By Chris Haring

For the first time since its introduction nearly a decade ago, a Delaware bill that would legalize the right to die will move to the State Senate.

After ten years and for the first time, the Delaware House of Representatives has approved House Bill 140, aimed at expanding end-of-life options for terminally ill adults in the state. Delaware joins New Hampshire and Virginia as states this year in which at least one chamber has passed medical aid in dying legislation, 

After nearly a decade of attempts, as reported by Mark Fowser for, the bill passed 21-16 with four absentees and now proceeds to the State Senate for further review.

Medical aid-in-dying champions explain their support for expanded end-of-life options

During the deliberations, Representative Pete Schwartzkopf (D – Rehoboth Beach) emphasized the importance of providing individuals facing terminal diagnoses with the dignified option of medical aid in dying.  Rather than an “ultimatum,” said Rep. Schwartzkopf, HB 140 gives dying patients an additional choice, alongside services such as hospice care. He underscored the significance of allowing terminally ill patients to retain control over their final moments.

Representative Paul Baumbach (D – Newark) – the sponsor of this and other previous Delaware medical aid-in-dying bills – highlighted the advocacy efforts of dying patients like Ron Silverio and Heather Block, both of whom died without the option of physician-assisted death. Their experiences underscore the urgency of providing compassionate end-of-life options that honor the wishes of terminally ill individuals.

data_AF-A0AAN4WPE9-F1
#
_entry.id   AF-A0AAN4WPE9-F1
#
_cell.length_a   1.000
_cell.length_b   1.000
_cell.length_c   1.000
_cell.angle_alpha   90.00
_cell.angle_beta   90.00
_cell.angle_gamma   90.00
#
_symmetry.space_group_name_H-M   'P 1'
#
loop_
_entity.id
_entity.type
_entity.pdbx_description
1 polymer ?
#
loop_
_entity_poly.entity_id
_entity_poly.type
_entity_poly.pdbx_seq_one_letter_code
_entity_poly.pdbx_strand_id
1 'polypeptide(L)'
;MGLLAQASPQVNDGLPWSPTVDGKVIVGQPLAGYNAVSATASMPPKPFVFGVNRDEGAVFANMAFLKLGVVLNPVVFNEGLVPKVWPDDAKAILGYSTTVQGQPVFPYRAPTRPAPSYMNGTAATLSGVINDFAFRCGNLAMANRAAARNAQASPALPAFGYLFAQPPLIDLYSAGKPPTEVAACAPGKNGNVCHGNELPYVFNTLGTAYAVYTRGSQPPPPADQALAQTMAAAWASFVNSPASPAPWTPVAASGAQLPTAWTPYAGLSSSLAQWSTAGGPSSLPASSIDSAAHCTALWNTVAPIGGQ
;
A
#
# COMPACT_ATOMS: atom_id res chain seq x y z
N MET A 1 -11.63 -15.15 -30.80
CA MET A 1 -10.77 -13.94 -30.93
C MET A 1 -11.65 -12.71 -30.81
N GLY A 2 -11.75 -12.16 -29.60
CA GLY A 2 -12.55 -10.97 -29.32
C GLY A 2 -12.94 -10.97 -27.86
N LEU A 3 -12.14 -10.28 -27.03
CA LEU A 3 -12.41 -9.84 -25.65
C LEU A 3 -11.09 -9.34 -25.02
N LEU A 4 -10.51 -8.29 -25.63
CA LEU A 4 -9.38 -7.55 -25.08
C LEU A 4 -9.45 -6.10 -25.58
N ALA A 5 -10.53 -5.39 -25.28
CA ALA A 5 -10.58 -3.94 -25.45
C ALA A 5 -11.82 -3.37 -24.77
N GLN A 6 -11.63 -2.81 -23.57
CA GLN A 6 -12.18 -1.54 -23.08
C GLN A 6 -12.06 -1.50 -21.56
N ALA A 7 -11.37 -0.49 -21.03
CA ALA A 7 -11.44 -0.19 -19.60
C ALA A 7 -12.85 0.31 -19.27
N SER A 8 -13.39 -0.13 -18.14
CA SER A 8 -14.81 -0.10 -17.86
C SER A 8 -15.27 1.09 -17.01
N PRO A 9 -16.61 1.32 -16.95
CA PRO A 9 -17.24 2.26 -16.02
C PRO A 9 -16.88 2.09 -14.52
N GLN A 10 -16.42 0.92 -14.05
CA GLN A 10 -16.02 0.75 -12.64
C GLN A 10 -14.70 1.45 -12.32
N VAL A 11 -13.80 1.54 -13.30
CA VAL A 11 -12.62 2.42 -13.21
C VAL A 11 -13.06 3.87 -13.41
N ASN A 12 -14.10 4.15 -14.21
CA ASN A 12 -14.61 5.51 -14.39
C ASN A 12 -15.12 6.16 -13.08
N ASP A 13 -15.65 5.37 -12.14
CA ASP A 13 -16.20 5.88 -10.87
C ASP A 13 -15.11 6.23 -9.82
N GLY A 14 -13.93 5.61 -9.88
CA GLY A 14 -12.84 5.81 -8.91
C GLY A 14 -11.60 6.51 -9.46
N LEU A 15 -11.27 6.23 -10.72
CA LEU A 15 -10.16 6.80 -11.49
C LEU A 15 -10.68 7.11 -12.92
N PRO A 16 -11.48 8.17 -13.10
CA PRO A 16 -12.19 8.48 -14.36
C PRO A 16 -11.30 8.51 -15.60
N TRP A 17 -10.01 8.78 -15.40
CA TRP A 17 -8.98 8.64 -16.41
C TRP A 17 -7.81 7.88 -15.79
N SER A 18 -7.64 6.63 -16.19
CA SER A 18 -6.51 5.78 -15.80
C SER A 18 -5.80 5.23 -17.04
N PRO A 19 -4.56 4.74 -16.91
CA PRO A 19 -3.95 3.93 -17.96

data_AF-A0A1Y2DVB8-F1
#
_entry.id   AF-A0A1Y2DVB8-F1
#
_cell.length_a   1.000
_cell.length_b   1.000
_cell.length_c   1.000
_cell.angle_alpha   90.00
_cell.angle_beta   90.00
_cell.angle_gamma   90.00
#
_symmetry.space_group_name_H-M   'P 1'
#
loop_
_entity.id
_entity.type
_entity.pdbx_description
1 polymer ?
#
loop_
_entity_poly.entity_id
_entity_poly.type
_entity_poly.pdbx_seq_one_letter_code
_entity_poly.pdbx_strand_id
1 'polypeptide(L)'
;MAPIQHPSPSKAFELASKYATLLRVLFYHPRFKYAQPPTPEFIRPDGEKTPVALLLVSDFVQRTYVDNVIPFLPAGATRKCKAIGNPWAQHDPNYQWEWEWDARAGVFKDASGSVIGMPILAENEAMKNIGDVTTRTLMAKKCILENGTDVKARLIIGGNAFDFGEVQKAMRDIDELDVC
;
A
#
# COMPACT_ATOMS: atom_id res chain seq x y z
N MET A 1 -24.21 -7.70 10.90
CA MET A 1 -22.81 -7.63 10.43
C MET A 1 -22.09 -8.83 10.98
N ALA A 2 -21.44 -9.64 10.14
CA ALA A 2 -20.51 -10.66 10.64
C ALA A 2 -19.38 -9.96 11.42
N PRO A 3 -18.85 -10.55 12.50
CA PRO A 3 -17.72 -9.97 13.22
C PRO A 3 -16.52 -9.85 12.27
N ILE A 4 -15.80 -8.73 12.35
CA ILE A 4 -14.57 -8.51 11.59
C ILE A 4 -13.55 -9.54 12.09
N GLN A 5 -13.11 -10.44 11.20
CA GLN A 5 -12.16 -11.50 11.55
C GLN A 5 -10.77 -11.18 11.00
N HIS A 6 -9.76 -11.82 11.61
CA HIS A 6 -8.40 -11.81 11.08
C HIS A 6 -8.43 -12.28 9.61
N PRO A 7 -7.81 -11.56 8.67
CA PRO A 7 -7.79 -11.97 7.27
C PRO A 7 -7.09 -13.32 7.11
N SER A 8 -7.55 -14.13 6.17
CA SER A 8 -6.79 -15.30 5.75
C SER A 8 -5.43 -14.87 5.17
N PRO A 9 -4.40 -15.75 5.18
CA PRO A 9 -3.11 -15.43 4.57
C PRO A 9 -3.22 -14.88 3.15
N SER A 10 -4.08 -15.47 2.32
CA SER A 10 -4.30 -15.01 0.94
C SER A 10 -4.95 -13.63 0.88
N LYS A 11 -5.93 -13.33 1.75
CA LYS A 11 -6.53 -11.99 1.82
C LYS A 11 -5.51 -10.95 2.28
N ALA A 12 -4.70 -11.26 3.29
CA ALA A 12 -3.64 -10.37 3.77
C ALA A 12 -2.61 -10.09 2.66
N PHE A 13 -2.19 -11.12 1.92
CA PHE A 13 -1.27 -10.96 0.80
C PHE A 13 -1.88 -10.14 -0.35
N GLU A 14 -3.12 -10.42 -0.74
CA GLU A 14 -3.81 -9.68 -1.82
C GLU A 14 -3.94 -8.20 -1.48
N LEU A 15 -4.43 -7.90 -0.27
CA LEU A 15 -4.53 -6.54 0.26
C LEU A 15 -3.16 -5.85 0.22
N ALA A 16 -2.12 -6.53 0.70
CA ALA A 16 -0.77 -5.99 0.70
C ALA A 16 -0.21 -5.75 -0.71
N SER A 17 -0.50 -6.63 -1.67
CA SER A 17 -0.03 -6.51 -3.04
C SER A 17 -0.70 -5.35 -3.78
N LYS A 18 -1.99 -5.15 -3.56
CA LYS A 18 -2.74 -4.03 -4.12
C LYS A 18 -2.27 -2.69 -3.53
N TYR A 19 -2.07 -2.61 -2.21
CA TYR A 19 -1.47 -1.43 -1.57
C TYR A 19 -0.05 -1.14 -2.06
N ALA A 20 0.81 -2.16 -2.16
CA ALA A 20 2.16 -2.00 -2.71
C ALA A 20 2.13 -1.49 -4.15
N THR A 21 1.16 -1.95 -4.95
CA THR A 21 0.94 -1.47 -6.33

Physician-assisted dying can provide the option of a “good death”

Judy Govatos, a Stage 4 lymphoma patient from Wilmington, expressed her support for the bill, saying, “I am advocating for the Senate to pass this law that will allow me and other people the option and compassion to do just one last thing. I want to live fully until I can’t, knowing that I have the option of dying gracefully.”

The bill includes provisions to safeguard the autonomy and well-being of patients, such as requirements for informed consent, opportunities to rescind requests, confirmation of terminal diagnoses by qualified providers, mental health evaluations if deemed necessary, and strict witness protocols. As with all 10 states and Washington DC that allow medical aid in dying, the bill requires the patient to be capable of making their own health care decisions, and able to self-administer the medication.

As the bill progresses to the Senate, stakeholders, including patients, advocates, and lawmakers, will continue to shape the discourse surrounding medical aid in dying in Delaware. The passage of House Bill 140 represents a significant step towards affirming the rights of individuals to make critical decisions about their lives, and we urge the Senate to further affirm the right to die in Delaware.

For more information on the status of Death with Dignity in Delaware, please visit the state page on our website.